I can answer that in general terms - service, service, service. I much prefer dealing with stores where they know me and are willing to 'go the extra mile'. As an example, there is a chain of electronics stores in my area that really do have the lowest prices around. However, when you enter the store, the salespeople descend on you like wolves because they are paid by commission (they have to enter their employee number into a terminal along with your purchase in order to get the extra pay, so they end up following people around). When you ask them a question, it becomes obvious they don't really have any product knowledge. So, I don't shop there, and I go somewhere where I may pay a little more but I am not treated like a fresh kill by the staff.

    I have dealt with staff at both Kanstul and Dillon Music and find them to be extremely helpful, offering personalized service. There are three music stores in my area. One I won't deal with because they don't know about their own product lines (they didn't know about the Yamaha 8310z being out as late as a week ago), and they don't seem too motivated to find out. #2 has noticeably higher prices (probably because they serve a more isolated area), and #3 is quite good. Having said that, if I'm going to buy something bigger than a mute or valve oil, I'm probably going to go through Dillon's (and have done so - note that we're not even in the same country :shock:).
  4. Tootsall

    Tootsall Fortissimo User

    Oct 25, 2003
    Yee HAW!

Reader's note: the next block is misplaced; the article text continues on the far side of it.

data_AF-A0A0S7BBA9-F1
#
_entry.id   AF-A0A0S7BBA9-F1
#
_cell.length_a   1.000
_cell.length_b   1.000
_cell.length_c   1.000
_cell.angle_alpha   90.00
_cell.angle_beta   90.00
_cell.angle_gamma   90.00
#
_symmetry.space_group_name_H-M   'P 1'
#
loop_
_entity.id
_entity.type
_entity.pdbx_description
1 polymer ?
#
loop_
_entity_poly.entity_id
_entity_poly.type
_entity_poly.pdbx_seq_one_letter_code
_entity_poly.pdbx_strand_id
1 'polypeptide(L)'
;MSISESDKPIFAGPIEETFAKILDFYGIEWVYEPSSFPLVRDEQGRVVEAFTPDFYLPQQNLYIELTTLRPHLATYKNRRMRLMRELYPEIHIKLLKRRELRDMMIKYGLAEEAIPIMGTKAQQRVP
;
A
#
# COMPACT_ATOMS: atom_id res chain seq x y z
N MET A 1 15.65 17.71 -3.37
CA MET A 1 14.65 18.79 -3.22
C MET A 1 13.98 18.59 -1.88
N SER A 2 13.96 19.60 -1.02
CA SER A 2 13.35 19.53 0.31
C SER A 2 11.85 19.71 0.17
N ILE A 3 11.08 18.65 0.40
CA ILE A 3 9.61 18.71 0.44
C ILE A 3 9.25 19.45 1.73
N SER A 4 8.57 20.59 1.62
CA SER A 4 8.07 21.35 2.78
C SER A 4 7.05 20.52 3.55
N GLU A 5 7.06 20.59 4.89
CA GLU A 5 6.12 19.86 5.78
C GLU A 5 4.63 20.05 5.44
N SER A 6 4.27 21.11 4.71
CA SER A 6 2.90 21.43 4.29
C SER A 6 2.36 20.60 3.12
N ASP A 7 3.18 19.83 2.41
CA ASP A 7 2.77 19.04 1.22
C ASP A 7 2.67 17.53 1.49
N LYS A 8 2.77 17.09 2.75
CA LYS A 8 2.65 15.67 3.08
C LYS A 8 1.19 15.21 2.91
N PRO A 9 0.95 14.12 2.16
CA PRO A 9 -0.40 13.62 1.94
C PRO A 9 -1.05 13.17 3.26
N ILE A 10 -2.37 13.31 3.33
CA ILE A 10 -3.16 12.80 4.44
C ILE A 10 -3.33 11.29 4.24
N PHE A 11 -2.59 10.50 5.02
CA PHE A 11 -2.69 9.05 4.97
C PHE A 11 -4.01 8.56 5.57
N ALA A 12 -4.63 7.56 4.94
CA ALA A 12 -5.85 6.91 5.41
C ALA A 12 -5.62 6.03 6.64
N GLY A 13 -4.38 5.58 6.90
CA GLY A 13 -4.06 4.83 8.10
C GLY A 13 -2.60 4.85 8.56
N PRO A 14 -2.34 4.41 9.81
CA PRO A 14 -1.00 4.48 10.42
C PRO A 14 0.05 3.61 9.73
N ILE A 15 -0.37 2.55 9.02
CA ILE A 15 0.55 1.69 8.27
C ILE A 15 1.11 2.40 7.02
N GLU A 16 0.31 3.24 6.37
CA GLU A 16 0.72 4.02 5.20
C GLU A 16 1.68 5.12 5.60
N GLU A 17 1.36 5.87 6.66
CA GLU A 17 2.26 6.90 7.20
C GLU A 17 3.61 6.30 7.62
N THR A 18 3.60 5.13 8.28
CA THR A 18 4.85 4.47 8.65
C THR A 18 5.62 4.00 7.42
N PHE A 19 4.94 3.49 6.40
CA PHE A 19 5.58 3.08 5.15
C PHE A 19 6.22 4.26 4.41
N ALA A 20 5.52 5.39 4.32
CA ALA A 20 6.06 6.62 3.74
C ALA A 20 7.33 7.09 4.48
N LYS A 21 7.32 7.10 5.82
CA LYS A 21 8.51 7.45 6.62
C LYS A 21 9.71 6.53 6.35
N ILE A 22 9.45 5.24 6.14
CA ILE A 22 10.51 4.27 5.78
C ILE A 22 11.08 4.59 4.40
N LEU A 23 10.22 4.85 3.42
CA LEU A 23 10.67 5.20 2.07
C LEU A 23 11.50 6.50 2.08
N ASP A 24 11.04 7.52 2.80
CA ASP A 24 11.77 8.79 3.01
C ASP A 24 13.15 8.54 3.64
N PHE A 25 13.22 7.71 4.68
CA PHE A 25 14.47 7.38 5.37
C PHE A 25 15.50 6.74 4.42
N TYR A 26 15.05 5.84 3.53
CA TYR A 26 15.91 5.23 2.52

Why shop at a small store? Well, for the same reasons that I prefer to avoid places like Wal-Mart, Costco, etc. QUALITY, SERVICE, LOYALTY. One of my "other" hobbies is downhill skiing. Sure, I can buy skis or boots or whatever at the "Sport Mart", or one of the larger department stores. But I've learned that the person selling me the stuff in those places almost always has NO idea what he's talking about, hasn't got a clue how to properly fit a ski boot, and is only interested in pushing invoices through the cash register. Likewise the serviceman has probably only been there since the season began and won't be there when the season is over. He's had a crash course in how to screw bindings onto a flat board and couldn't find his south end with both hands behind his back. The products handled by the large chains TEND to be of the "low-cost, fancy decoration, high profit, limited durability" type rather than the "high quality, hand fitted, long lasting" style. Particle board, not plywood or solid wood. (In other words, "cheap is not always least expensive")